Now that it is six weeks since Sampson Flat fire began, SAVEM's role in response phase is winding down. Read previous updates
Feeding Kangaroos after the Sampson Flat Bushfire
Following the Sampson Flat Bushfire many kangaroos and other native animals were displaced or injured. Landholders have done a great job caring for wildlife by working with service providers, including South Australian Veterinary Emergency Management, to provide food and veterinary assistance.
With some of the most critical hands on wildlife support behind us, there is now an opportunity for everyone to help the broader landscape recover. In a natural process, bushfires typically result in the loss of most edible vegetation available to kangaroos and other grazing animals. Individual animals naturally move off burnt ground and make their way to adjacent unburnt vegetation in search for food. This process has some very significant advantages for the landscape as it recovers from the fire by reducing disturbance to fragile soils and recovering vegetation.
If you have been feeding kangaroos now is a good time to stop and encourage their natural behaviour. Kangaroos are large, mobile animals capable of travelling large distances. Landowners are likely to see many animals move across the landscape and return to the burnt area as the vegetation regrows.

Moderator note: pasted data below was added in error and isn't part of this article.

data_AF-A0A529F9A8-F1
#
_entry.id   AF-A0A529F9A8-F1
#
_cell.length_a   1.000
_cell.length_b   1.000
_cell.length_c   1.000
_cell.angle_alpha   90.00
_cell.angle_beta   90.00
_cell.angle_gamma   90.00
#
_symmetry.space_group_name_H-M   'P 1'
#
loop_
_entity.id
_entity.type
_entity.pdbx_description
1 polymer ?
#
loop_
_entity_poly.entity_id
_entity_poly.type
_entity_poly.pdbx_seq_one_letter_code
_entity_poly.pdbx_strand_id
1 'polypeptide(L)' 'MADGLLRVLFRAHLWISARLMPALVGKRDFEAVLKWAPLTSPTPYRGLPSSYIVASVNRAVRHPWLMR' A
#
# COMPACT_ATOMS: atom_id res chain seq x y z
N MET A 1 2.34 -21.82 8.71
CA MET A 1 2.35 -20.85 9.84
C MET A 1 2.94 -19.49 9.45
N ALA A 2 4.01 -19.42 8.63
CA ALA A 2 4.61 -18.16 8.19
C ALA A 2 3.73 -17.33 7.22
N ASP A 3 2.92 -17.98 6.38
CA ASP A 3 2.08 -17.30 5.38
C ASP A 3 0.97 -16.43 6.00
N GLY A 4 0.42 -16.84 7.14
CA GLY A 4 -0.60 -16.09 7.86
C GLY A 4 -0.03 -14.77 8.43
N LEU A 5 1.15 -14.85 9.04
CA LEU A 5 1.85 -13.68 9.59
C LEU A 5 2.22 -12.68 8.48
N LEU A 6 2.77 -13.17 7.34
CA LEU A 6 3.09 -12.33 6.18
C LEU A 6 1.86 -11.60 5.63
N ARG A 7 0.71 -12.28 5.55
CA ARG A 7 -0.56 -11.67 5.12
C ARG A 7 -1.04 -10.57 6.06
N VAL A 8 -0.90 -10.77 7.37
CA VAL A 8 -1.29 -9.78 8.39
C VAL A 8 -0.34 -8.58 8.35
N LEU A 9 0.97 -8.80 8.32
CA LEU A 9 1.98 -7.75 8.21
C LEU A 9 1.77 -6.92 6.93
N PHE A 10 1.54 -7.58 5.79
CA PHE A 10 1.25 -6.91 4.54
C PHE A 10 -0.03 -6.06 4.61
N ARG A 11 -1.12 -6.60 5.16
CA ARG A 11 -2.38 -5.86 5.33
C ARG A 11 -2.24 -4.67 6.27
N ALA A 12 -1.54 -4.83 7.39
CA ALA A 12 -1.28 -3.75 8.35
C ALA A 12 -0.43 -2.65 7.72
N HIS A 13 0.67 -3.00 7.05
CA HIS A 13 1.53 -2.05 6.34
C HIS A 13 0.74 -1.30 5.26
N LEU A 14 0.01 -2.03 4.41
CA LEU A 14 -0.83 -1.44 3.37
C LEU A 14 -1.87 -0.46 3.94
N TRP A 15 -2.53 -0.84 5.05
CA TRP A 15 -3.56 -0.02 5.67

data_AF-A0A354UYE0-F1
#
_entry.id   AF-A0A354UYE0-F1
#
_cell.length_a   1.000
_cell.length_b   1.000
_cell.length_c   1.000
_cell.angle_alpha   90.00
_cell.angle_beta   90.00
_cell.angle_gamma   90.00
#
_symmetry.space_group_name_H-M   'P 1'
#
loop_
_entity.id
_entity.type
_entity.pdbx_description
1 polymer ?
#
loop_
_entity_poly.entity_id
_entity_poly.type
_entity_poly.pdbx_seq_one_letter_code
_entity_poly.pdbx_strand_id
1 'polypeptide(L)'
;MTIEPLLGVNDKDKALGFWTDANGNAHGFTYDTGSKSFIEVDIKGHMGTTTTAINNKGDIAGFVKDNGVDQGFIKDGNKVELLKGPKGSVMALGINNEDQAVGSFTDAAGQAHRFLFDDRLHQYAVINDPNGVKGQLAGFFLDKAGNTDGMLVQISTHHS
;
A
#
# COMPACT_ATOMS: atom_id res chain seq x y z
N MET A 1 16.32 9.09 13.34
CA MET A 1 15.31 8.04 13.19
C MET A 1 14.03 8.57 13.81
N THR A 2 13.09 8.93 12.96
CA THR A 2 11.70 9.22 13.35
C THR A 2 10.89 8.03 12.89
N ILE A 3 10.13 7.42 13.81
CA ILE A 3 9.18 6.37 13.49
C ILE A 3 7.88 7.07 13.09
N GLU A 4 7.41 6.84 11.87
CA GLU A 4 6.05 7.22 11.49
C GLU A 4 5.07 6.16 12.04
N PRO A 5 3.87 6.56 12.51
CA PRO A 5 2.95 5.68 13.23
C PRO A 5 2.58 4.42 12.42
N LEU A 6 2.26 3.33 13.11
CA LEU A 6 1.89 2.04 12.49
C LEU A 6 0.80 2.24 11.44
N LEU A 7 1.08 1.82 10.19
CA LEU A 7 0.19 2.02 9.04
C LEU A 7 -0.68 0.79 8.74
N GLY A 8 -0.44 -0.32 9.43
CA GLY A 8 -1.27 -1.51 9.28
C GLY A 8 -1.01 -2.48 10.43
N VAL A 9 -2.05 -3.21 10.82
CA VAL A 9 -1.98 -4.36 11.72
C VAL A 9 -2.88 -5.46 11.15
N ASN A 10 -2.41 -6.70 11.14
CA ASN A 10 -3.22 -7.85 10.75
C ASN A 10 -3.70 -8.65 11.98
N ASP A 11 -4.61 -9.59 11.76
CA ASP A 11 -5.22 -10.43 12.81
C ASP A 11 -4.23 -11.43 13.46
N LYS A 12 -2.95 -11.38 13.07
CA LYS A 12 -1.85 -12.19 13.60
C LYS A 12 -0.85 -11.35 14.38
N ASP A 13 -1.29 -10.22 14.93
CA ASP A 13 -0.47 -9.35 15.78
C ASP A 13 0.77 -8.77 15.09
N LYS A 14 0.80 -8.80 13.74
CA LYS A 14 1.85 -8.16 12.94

If you are concerned for the welfare of native animals on your property please contact the Gawler Natural Resources Centre on 8523 7700 or South Australian Veterinary Emergency Management on 0477 055 233. For more information on South Australian Veterinary Emergency Management visit www.savem.org.au/index.html
For more information on feeding wildlife please visit www.environment.sa.gov.au/managing-natural-resources/Plants_Animals/Living_with_wildlife/Feeding_wildlife
For more information on bushfire recovery and biodiversity please visit www.naturalresources.sa.gov.au/adelaidemtloftyranges/land/fire-management/sampson-flat-fire-recovery
Justin Holmes Project Leader, Fire Recovery, Natural Resources Adelaide and Mt Lofty Ranges